SUDAN WATCH: Boston Globe on Sudan and Eric Reeves: Ailing professor fights for Darfur's dead

Sunday, April 24, 2005

Boston Globe on Sudan and Eric Reeves: Ailing professor fights for Darfur's dead

The Boston Globe has a great piece today featuring an interview with American professor of English and Sudan expert, Eric Reeves. Regular Sudan watchers will know of Eric Reeves' reports and his website at sudanreeves.org.

Often in our writings, many of us bloggers give off quite a lot about ourselves, warts and all, which is what makes the blogosphere so special and unique. If you follow a blog closely enough, you get a good sense of the person behind the blog, even without speaking in person or seeing pictures.

Now, today through the Boston Globe interview, we get a real glimpse of Eric Reeves, the person. The article tells us about his twofold battle. One with Darfur and mortality rates, and the other with leukemia which he was diagnosed with in 2003, shortly after visiting the Sudan. It came as a shock and made me feel sad. I had no idea he was ill.

Last summer, I emailed him to check population figures in Darfur [around 6.5 million by the way] and he kindly replied straight away. I have frequently linked to his reports over the past year, even though I've not always agreed with the push for military intervention. [I agree with a British government official when he said such a move during the past year would stir up every jihadist - it could set the tinderbox of Africa alight and cause a bloodbath. I am however very much in favour of John Garang's suggestion that the SPLM, Government of Sudan and AU/UN each contribute 10,000 troops for a joint peace mission in Darfur - and I love Jim Moore's great idea for us in the blogosphere to support such a mission along with the Genocide Intervention Fund.]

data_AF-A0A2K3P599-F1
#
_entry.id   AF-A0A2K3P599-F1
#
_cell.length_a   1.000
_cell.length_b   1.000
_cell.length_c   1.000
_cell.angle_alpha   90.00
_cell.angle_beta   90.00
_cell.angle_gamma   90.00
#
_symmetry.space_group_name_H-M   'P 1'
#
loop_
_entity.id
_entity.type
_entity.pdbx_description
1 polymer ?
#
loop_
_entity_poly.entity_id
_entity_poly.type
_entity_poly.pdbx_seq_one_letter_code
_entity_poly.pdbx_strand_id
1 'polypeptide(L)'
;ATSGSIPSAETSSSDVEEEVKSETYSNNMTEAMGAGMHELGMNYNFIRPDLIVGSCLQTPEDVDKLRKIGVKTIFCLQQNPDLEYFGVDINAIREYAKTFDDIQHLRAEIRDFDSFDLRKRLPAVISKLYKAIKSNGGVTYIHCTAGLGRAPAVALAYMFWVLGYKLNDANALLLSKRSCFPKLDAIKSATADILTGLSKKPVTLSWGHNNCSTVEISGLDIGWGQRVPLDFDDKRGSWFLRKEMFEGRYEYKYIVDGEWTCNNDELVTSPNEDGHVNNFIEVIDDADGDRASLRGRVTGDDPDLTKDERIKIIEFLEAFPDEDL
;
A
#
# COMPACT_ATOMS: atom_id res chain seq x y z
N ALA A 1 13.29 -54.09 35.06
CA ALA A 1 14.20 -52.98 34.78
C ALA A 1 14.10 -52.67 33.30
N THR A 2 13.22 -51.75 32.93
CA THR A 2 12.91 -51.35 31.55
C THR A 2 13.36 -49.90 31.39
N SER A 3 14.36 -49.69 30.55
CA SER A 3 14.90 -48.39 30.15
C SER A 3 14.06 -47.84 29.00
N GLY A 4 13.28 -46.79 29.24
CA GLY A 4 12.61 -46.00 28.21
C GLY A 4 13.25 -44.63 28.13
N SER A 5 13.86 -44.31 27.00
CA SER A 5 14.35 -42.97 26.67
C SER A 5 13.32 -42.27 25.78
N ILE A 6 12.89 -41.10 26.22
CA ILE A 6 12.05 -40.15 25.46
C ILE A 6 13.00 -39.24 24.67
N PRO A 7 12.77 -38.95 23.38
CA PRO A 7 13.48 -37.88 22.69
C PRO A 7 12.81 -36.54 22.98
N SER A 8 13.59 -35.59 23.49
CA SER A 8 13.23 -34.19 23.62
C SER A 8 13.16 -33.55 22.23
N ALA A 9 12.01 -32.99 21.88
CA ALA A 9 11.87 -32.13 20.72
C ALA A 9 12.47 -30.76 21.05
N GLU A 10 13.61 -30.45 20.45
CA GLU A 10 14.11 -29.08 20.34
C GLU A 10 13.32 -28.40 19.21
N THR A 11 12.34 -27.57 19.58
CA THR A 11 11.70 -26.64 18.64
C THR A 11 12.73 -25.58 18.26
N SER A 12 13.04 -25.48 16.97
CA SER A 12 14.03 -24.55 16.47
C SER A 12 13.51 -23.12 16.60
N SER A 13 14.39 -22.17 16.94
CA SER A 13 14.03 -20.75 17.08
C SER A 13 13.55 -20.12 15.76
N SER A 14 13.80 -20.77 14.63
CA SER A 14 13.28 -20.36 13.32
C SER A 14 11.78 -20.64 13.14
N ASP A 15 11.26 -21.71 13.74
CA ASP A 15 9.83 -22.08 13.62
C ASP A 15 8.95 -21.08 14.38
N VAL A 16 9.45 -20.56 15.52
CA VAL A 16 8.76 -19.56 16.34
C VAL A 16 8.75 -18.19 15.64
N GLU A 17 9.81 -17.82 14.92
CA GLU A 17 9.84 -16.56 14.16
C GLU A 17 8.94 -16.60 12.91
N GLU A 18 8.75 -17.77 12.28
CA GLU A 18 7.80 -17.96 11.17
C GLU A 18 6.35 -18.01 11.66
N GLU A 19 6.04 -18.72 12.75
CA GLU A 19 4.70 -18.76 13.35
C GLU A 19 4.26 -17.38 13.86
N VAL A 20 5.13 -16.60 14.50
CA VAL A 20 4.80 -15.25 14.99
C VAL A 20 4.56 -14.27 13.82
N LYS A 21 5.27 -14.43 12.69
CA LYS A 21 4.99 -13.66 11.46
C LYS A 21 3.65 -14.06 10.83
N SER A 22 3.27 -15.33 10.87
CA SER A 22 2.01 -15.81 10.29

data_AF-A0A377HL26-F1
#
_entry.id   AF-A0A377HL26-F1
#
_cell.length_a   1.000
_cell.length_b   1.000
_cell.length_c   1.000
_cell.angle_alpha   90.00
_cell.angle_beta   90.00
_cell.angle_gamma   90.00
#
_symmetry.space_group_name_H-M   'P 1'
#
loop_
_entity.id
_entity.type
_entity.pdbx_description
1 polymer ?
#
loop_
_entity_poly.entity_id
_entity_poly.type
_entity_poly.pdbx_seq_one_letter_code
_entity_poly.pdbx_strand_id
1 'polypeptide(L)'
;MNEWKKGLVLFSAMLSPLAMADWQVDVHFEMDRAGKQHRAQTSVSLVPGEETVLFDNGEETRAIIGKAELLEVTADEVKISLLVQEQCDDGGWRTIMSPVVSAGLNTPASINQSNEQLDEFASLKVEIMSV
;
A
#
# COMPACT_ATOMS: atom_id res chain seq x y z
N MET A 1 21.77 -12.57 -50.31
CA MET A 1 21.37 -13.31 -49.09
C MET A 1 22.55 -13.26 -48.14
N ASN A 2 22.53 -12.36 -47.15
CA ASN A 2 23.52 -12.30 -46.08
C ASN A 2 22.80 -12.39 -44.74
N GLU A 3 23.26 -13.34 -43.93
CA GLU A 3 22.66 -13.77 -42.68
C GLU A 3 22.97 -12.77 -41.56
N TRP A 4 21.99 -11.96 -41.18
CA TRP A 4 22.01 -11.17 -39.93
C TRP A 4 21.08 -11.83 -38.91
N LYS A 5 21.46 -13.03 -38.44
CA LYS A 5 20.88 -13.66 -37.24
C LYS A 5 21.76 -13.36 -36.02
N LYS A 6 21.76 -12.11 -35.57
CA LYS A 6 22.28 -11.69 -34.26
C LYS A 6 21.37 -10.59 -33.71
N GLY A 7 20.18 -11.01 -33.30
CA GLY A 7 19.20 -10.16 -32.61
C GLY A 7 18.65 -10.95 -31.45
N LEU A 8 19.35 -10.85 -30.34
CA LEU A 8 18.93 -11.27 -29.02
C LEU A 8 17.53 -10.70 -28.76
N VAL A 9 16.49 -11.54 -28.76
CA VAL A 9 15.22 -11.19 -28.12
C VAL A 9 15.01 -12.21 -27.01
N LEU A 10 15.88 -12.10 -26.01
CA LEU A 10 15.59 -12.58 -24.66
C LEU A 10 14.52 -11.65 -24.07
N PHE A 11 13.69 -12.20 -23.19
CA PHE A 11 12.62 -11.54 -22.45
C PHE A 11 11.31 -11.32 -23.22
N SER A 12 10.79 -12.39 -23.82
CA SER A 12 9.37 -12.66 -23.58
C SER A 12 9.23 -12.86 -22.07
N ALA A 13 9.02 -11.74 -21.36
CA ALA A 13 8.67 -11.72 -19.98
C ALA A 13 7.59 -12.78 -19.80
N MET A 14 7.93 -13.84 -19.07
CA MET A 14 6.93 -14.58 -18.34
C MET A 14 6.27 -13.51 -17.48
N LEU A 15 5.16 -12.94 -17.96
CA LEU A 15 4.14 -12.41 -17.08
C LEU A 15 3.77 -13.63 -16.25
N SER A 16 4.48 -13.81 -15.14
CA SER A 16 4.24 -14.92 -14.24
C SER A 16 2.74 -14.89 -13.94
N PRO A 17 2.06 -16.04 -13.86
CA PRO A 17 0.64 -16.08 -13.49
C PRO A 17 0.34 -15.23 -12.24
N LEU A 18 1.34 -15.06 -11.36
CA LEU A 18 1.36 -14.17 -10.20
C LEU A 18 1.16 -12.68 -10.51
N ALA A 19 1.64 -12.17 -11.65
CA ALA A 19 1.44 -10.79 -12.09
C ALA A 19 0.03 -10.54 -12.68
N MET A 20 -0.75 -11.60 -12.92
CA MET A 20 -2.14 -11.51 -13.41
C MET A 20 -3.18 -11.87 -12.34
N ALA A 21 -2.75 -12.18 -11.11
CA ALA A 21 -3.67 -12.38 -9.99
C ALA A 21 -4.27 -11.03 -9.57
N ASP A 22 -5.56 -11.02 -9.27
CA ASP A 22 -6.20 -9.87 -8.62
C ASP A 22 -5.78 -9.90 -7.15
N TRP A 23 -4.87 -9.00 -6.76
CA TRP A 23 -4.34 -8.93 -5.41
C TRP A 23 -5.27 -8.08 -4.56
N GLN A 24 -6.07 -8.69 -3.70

Although nobody close to me has been diagnosed with leukemia, most of the symptoms seem identical to the illness I've suffered since 1999 [a severe form of Myalgic Encephalomyelitis, known in the U.S. as Chronic Fatigue Immune Dysfunction Syndrome, for which there is currently no treatment or cure].

My heart goes out to him and I applaud him and his drive and his laptop for being a great example to anyone - even those suffering long term chronic illness - who, through the right use of today's communications technology, need not be defined by class, colour or physical ability but what is in their heart and mind.

God bless you Eric Reeves. You are a great inspiration. Here's wishing you all the very best. Long may you continue to stay strong and speak up for those in the Sudan whose voices will never be heard.

Full story at Boston.com April 24, 2005: 'Ailing professor fights for Darfur's dead'.

Eric Reeves

In another fascinating piece on Eric Reeves [see Smith Alumnae Spring 2005: 'I Couldn't Leave These People'] Elsie Gibson writes:

"Eric Reeves explains, the Sudanese crisis is a manmade disaster that is complicated by politics, religion, poverty, racism, breakdown of rule of law, geographic isolation, lack of infrastructure, decades of conflict, and, not insignificantly, oil development.

For Eric Reeves the tragedy in Sudan is so horrific, so morally wrong, and so ignored by the world that he just can't sit by and watch it unfold. With words - and the Internet - as his tools, the English professor has thrown himself into awakening the world to one of the worst humanitarian crises in modern history."
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Darfur's Real Death Toll

Note, Eric Reeves is credited in a report at today's Washington Post titled Darfur's Real Death Toll.

Further reading:
 
April 27, 2005 The Man Nobody Knows by Eugene Oregon at Coalition for Darfur blog.

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